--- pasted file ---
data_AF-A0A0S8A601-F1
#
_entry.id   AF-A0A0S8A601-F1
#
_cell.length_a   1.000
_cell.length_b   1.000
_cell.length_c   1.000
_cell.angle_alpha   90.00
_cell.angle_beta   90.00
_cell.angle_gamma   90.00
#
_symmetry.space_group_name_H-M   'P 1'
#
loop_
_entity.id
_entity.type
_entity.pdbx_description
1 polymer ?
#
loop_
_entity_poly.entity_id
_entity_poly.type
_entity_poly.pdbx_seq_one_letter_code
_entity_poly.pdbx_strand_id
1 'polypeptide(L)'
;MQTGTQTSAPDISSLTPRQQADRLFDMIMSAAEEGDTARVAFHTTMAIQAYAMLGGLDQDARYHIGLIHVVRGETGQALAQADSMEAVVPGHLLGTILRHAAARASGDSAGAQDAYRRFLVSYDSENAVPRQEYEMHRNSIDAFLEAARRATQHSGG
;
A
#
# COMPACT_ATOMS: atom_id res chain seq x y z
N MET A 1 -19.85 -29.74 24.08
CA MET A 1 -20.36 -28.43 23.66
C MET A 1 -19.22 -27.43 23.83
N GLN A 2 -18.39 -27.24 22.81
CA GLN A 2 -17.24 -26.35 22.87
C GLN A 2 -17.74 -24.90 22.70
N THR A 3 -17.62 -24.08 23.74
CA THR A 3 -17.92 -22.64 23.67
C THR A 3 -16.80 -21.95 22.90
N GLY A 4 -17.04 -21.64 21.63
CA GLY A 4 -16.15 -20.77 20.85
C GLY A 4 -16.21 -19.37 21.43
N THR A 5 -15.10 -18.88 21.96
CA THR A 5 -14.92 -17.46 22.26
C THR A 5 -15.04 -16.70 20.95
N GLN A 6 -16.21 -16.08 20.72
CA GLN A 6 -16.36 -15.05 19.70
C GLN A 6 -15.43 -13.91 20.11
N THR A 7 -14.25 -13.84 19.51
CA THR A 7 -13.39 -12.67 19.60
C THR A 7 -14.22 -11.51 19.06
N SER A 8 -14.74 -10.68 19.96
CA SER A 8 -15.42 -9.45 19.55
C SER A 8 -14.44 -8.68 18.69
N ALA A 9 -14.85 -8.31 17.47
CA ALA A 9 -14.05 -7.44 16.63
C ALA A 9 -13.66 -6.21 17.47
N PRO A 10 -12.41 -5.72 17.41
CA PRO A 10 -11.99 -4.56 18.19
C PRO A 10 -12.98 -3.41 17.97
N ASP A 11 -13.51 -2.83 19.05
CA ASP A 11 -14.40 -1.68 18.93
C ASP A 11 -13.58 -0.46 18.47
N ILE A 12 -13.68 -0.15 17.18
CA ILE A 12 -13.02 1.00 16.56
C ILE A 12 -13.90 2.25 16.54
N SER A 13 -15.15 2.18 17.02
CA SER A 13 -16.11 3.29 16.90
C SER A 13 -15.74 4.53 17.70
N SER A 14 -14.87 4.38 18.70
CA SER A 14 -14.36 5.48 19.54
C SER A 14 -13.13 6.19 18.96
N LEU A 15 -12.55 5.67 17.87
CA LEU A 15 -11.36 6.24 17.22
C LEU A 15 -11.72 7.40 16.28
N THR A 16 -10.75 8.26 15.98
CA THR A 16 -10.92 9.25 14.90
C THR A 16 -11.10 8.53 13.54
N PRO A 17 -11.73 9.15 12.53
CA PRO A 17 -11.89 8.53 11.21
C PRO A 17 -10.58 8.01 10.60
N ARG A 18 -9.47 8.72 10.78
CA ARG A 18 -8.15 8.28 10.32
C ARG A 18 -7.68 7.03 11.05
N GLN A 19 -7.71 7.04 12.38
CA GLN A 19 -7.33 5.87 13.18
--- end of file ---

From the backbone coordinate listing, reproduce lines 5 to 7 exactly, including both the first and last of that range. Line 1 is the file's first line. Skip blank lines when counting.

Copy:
_cell.length_a   1.000
_cell.length_b   1.000
_cell.length_c   1.000